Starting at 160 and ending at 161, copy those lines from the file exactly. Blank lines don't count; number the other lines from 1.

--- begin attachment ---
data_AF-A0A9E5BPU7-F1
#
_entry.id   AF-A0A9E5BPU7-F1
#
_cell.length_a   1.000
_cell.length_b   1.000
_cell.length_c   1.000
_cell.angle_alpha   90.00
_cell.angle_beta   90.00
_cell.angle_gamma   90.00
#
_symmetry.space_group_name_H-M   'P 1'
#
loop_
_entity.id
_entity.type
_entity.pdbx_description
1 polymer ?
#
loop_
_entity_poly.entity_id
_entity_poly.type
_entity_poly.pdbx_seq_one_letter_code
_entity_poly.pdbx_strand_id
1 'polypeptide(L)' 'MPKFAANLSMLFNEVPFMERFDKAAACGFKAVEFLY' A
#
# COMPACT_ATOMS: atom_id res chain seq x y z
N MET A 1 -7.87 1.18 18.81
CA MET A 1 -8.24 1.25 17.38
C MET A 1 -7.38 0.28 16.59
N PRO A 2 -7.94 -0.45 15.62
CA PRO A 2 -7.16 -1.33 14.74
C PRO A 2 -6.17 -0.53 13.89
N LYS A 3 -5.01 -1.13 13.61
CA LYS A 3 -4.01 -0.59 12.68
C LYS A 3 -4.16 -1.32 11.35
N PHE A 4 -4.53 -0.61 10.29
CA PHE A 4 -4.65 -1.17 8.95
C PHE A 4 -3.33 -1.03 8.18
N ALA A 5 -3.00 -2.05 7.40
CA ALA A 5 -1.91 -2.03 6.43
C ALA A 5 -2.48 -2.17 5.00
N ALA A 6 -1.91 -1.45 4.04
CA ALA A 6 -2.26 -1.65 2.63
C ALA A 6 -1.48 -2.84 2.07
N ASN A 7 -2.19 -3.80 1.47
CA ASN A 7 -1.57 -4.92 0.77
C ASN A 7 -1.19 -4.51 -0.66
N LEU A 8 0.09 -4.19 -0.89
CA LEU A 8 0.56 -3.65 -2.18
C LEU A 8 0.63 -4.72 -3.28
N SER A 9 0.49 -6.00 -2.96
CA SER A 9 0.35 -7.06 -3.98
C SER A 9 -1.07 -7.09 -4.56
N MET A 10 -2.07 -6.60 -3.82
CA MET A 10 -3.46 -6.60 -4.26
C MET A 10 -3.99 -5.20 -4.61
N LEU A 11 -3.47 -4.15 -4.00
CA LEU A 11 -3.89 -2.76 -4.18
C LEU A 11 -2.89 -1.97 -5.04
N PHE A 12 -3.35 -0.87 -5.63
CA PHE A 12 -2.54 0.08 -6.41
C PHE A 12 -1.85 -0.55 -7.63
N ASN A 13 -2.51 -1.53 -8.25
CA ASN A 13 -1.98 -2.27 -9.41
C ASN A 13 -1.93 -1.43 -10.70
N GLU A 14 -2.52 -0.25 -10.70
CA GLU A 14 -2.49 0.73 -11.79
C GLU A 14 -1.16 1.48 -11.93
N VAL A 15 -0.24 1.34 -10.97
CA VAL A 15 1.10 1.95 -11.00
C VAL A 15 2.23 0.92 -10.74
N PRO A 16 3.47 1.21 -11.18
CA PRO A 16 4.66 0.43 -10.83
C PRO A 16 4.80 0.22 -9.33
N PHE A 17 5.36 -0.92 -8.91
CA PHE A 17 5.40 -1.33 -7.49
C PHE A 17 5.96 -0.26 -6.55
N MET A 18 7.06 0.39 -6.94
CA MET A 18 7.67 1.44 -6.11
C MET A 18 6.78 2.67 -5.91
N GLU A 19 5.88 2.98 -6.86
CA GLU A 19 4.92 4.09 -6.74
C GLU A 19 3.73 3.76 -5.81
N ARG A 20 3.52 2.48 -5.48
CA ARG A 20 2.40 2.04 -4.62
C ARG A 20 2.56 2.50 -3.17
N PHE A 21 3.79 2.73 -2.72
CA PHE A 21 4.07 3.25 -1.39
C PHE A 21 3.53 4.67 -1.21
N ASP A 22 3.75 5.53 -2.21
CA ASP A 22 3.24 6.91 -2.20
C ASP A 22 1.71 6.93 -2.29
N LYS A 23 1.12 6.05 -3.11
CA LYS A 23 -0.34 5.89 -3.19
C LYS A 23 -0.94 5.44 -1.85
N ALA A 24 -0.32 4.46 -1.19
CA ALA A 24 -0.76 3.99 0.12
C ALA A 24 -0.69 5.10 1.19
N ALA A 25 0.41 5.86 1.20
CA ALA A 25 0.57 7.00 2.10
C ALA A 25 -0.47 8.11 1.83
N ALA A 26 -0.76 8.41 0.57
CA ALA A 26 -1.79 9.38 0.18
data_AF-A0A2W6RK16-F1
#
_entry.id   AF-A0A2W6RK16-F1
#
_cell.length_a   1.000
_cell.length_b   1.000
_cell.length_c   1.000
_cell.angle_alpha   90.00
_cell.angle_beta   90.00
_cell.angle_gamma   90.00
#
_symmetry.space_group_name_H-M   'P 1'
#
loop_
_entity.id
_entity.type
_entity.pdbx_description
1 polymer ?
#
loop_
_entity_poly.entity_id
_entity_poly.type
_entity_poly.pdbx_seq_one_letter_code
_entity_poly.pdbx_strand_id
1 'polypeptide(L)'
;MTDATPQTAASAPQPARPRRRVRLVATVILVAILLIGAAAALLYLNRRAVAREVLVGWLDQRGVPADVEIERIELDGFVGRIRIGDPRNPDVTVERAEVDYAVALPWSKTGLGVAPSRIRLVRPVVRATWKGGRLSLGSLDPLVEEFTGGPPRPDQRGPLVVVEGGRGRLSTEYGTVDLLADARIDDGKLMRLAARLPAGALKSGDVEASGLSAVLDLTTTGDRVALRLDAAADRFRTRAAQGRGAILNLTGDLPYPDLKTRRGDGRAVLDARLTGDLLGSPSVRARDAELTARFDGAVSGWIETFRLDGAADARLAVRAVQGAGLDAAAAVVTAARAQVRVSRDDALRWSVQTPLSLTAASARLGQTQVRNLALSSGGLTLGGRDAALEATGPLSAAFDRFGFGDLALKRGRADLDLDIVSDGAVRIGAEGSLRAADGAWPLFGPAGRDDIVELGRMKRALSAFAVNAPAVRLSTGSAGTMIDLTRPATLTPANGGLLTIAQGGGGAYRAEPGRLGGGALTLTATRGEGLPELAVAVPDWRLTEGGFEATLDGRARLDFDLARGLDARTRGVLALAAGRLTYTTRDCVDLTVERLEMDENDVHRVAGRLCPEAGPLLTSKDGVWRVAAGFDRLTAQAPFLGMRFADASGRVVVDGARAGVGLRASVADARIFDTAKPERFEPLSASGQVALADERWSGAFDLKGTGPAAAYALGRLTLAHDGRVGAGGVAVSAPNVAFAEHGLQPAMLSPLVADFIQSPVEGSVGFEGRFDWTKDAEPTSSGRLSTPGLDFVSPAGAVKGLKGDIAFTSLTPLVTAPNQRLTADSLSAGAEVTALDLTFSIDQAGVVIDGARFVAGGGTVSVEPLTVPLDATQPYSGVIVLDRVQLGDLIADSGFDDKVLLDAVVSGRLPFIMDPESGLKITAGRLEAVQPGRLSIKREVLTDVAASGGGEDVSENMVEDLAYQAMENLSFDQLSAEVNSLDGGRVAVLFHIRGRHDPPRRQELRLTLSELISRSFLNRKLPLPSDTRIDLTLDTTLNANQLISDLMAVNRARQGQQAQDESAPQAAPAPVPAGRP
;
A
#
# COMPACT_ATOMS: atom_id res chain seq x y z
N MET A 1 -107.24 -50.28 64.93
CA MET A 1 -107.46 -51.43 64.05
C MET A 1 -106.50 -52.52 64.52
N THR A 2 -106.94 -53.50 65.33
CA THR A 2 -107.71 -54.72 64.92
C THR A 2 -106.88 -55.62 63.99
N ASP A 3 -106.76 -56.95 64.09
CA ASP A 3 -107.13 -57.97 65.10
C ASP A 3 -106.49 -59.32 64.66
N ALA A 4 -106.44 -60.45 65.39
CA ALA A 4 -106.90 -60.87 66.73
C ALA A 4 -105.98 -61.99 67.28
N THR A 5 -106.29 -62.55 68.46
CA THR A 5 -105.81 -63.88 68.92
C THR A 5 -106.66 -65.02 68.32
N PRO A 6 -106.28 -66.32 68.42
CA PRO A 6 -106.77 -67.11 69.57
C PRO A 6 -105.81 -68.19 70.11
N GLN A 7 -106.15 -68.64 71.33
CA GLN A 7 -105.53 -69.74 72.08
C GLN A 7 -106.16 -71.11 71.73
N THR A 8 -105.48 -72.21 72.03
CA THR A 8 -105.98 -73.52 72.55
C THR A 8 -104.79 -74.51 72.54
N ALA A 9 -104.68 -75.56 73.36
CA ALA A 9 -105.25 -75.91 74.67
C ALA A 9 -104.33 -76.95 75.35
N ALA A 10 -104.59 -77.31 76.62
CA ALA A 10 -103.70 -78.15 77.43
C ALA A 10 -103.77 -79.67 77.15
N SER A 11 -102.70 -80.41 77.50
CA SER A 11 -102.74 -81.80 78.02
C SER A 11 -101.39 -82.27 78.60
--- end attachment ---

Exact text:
CA ALA A 9 -105.25 -75.91 74.67
C ALA A 9 -104.33 -76.95 75.35